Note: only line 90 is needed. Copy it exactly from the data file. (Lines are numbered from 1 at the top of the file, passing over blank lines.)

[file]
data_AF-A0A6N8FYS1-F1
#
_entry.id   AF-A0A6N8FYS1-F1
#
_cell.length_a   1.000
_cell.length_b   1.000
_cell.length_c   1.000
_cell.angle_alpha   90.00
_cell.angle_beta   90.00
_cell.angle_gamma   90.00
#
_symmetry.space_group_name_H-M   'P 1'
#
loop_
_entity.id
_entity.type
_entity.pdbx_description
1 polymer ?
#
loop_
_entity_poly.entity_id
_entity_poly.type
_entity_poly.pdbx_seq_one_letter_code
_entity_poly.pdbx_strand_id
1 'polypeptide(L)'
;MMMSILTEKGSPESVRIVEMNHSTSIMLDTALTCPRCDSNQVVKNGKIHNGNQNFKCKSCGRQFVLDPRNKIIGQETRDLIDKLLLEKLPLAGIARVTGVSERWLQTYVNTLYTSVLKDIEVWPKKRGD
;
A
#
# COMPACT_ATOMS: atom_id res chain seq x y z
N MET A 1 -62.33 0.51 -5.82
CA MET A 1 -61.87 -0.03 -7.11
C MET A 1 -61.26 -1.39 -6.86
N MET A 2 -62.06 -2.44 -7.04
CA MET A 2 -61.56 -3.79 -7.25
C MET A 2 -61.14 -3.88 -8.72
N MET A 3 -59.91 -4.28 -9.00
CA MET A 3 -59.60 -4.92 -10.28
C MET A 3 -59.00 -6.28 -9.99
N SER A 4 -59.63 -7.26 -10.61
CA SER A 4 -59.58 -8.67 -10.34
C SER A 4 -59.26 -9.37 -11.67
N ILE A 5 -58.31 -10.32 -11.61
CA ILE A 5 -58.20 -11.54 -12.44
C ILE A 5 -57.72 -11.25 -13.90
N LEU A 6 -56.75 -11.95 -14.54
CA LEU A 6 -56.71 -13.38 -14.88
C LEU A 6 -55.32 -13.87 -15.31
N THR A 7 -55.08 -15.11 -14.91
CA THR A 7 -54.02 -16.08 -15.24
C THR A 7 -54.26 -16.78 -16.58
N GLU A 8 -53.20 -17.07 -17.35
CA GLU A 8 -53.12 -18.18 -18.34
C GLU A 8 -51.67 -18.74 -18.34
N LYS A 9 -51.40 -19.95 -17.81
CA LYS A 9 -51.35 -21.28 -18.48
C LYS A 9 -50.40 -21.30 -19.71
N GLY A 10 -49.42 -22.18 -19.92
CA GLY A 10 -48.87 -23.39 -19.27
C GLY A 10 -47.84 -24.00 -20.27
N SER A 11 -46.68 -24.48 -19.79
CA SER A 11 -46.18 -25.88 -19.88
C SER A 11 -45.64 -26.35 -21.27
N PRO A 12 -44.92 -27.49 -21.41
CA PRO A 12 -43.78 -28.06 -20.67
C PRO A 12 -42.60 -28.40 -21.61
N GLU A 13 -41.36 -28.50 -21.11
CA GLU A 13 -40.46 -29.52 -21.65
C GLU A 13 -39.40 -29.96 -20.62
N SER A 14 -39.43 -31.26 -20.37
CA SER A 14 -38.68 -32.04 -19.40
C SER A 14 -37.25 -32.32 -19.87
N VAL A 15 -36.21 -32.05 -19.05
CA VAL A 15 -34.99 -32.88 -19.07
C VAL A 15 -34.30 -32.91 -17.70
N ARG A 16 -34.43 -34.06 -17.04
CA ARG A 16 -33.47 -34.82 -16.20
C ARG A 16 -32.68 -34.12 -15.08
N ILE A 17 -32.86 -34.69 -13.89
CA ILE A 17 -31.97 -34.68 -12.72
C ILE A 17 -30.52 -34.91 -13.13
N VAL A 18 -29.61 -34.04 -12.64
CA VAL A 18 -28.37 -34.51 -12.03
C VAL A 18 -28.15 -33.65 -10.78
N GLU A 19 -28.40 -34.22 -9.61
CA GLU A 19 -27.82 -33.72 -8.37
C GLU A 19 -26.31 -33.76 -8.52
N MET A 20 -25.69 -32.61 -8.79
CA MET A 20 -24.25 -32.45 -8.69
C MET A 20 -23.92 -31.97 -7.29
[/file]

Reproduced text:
C MET A 20 -23.92 -31.97 -7.29